World’s Largest Mandir, Angkor Wat


Once upon a time, or around 1580, while cutting a path through the thick Cambodian jungle, Portuguese missionaries came upon huge towers carved into rocks that were in ruins and covered in roots and vines. Continuing on, they discovered an ancient lost city that was twice as large as Manhattan and that nature was trying to swallow. The missionaries had discovered abandoned Angkor Wat—the 500-acre site is one of the world’s largest religious monuments and the most elaborate of the Angkor’s temples. There are more than 1,000 Temples of Angkor which were built from the 9th to 13th centuries during a time when the Kingdom of Cambodia was one of the most powerful civilizations on the planet. There were rarely any inscriptions found in later centuries after 1431, when Angkor was seized by the Thai army. During its prime, as many as 750,000 – one million people lived in Angkor, making it one of the greatest vanishing acts of all time. Archaeologists now know that Angkor Wat and many of its surrounding structures were built to appease “devas” and “asuras” which are angelic demi-Gods of the Hindu religion. Thousands upon thousands of these demi-god beings are carved into every single rock temple at the site. Both Tomb Raider and Indiana Jones Temple of Doom were filmed here. Angkor Archaeological Park was declared a UNESCO World Heritage site in 1992. New research claims to have solved the mystery of how the huge stones of Angkor Wats were moved. “The massive sandstone bricks used to construct the 12th-century temple of Angkor Wat were brought to the site via a network of hundreds of canals. The findings shed light on how the site’s 5 million to 10 million bricks, some weighing up to 3,300 pounds, made it to the temple from quarries at the base of a nearby mountain.” The mystique of Angkor may cry out to the adventurer in us all, but the roots and trees are now being cut back as Angkor is being restored. So many people come here, about 2 – 3 million a year; all that walking and climbing on the (mostly) sandstone monuments caused additional damage to the archaeological sites at Angkor. These photos hearken to ancient Angkor as the Temples of Doom for a Tomb Raider to explore. [41 Photos, 4 Videos]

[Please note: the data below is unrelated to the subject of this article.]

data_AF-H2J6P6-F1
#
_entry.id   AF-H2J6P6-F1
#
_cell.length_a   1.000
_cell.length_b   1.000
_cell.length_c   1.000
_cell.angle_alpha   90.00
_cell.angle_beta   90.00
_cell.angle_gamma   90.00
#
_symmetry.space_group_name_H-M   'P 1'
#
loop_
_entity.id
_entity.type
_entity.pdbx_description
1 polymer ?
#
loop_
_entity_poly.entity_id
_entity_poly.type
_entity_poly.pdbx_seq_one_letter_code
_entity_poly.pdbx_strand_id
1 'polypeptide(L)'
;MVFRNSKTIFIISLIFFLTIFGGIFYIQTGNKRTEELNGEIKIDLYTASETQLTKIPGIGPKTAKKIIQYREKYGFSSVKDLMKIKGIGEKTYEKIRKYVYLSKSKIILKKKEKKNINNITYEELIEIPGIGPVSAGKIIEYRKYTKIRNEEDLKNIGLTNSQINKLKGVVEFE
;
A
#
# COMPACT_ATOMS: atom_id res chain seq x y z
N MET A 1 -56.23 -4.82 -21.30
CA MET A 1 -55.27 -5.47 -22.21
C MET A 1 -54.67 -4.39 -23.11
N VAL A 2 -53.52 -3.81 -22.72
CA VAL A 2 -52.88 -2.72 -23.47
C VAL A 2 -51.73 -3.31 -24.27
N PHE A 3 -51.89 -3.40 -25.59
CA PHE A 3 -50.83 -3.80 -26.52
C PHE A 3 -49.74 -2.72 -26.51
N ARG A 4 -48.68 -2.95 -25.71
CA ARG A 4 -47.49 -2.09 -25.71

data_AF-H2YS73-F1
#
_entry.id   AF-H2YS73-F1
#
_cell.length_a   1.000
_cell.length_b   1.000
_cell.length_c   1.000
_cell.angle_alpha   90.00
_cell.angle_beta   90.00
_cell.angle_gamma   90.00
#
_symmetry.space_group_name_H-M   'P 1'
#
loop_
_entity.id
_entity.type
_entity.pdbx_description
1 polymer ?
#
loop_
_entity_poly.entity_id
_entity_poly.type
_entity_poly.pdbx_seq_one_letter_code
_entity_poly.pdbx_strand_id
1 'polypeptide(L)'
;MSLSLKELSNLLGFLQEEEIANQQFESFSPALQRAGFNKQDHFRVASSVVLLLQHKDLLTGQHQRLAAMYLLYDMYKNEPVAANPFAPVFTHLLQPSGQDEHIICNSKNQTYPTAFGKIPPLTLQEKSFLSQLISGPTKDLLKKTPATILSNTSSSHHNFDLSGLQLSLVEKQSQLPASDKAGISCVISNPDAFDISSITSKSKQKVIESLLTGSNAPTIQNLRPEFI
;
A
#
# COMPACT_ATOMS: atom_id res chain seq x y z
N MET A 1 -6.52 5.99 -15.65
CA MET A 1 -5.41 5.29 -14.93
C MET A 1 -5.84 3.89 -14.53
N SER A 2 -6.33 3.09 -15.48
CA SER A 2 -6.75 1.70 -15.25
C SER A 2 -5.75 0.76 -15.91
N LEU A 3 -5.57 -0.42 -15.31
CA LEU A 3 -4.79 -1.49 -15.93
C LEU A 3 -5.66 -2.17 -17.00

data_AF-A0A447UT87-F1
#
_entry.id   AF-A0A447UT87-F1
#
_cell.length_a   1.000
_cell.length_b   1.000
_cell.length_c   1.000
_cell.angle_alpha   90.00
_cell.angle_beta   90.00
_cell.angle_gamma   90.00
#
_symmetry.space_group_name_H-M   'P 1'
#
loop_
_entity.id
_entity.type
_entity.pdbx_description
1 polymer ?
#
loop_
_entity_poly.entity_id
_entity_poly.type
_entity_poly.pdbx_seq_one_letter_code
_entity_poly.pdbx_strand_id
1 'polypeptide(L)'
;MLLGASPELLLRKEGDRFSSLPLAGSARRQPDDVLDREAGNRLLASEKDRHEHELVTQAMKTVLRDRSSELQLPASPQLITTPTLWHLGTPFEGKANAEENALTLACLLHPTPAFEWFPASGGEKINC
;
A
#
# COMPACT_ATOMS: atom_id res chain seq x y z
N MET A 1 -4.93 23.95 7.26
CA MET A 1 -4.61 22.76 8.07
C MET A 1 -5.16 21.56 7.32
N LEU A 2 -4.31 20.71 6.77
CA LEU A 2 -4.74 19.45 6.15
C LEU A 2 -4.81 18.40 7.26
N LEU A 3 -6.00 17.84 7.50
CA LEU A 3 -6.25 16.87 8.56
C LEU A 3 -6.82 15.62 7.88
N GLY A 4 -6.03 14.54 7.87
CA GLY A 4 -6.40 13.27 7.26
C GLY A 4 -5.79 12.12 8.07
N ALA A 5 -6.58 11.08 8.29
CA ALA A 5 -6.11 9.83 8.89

“Echoes of Silence; the beauty and mystical ambiance of Ta Prohm. Angkor, Cambodia,” the photographer wrote. This scene may appeal to the Indiana Jones in all of us. Photo #1 by Peter Nijenhuis


Buddhist monks in front of the reflection pool at Angkor Wat, Cambodia, the city’s most notable edifice. It was built to represent the Hindu “Mountain of the Gods,” and served as a funerary temple. The main temple of Angkor Wat was built between 1113 and 1150 “by King Suryavarman II,” Wikipedia informs. “Suryavarman ascended to the throne after prevailing in a battle with a rival prince. An inscription says that, in the course of combat, Suryavarman leapt onto his rival’s war elephant and killed him, just as the mythical bird-man Garuda slays a serpent.” Photo #2 by Sam Garza


Aerial of Angkor Wat. The Earth Observatory explains, “Tucked deep in the Cambodian rainforest, the ancient Angkor Wat temple is considered one of the most valuable architectural sites in Asia. Angkor Wat is the pinnacle of the city of Angkor, capital of the once-powerful Khmer Empire of Southeast Asia. The temple was built by Suryavarman II between 1113 and 1150 AD. Dedicated to the Hindu god Vishnu, Angkor Wat is a representation of Mount Meru, home of the gods and the center of the Hindu universe. In addition to its unique pyramid temple architecture, Angkor Wat is covered with intricate bas-relief carvings of Hindu epics. At the center of Angkor Wat are five towers that represent the five peaks of Mount Meru. The round towers mark out the corners and the center of the innermost square of the complex. Like the mountain peaks they represent, the towers are pointed on top. The pinnacle of each tower is slightly lighter than the surrounding black stone in this image.” Photo #3 by NASA